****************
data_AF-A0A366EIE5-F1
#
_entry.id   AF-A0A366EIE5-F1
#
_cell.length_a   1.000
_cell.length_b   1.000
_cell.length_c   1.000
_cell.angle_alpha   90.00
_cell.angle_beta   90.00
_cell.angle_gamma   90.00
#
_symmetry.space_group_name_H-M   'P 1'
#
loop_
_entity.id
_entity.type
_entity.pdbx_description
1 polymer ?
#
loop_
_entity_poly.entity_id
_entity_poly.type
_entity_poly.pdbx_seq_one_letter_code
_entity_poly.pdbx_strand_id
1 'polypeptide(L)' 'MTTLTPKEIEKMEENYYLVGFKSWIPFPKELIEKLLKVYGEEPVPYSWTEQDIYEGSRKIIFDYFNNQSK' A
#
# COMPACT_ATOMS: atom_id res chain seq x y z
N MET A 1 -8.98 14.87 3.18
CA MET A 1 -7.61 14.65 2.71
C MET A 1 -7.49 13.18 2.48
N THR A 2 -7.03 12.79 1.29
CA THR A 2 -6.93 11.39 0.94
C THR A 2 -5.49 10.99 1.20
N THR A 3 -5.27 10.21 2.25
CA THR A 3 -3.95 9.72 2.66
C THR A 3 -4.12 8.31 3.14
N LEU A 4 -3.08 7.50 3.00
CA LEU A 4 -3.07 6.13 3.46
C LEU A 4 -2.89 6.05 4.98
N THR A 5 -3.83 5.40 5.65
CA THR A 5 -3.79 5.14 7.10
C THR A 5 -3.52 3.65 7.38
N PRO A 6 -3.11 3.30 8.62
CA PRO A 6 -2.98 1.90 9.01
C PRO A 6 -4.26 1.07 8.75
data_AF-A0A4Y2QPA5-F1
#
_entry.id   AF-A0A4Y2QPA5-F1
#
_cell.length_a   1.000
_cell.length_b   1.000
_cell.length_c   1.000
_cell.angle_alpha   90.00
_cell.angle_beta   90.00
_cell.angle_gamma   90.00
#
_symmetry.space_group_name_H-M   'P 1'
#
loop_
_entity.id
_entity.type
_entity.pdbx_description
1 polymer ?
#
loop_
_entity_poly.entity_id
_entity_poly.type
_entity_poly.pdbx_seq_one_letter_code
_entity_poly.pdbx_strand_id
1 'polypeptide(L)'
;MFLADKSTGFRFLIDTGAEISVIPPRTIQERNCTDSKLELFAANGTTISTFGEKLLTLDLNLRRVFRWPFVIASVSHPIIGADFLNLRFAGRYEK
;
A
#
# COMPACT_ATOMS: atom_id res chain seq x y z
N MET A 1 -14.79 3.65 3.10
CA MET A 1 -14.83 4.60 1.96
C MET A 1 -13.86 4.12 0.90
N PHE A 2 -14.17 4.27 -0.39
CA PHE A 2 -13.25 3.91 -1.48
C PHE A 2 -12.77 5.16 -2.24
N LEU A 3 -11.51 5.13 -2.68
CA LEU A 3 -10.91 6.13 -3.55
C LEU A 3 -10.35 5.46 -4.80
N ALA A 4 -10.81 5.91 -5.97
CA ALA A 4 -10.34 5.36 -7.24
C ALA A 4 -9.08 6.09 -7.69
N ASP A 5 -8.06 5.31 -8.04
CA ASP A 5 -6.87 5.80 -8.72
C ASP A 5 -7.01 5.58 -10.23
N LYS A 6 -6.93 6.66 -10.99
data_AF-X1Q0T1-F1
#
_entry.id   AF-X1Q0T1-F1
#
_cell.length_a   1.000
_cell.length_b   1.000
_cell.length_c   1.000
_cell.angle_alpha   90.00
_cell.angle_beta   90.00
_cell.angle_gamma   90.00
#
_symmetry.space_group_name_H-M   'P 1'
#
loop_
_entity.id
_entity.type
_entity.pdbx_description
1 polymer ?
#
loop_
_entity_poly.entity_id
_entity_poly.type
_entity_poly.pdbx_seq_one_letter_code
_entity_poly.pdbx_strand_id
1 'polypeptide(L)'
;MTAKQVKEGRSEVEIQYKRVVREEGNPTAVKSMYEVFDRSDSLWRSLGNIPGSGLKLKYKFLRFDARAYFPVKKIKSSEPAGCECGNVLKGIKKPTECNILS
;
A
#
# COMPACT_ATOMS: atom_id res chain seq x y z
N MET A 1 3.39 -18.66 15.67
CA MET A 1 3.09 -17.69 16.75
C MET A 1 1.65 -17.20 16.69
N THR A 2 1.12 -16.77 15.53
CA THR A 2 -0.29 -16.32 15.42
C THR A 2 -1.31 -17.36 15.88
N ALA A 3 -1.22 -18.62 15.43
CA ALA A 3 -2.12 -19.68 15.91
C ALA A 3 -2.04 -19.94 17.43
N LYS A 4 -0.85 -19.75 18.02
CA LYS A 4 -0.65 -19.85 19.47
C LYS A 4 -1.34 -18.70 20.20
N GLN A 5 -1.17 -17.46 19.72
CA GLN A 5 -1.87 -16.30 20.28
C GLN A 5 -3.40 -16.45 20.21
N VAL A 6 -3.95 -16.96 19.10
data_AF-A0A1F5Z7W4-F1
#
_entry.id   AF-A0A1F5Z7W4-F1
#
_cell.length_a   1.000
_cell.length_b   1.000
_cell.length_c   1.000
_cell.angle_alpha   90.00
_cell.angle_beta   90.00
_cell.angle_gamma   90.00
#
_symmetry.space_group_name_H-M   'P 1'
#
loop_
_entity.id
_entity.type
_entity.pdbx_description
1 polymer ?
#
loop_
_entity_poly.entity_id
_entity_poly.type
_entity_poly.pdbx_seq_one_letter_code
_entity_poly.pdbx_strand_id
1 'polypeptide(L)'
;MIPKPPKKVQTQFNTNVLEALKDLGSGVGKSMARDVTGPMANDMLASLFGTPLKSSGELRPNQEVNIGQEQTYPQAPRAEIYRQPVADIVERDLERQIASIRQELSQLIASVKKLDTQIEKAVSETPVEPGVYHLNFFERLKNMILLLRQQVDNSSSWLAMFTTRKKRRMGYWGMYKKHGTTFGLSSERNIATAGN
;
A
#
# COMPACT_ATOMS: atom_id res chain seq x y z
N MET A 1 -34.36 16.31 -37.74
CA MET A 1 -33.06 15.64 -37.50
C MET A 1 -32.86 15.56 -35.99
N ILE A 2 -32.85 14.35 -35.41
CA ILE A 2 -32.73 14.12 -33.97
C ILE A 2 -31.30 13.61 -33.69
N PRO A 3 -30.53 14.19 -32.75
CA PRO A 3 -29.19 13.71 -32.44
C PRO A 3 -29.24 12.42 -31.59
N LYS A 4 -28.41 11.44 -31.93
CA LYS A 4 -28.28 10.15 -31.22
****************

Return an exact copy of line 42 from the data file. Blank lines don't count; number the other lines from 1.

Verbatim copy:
C THR A 5 -3.52 3.65 7.38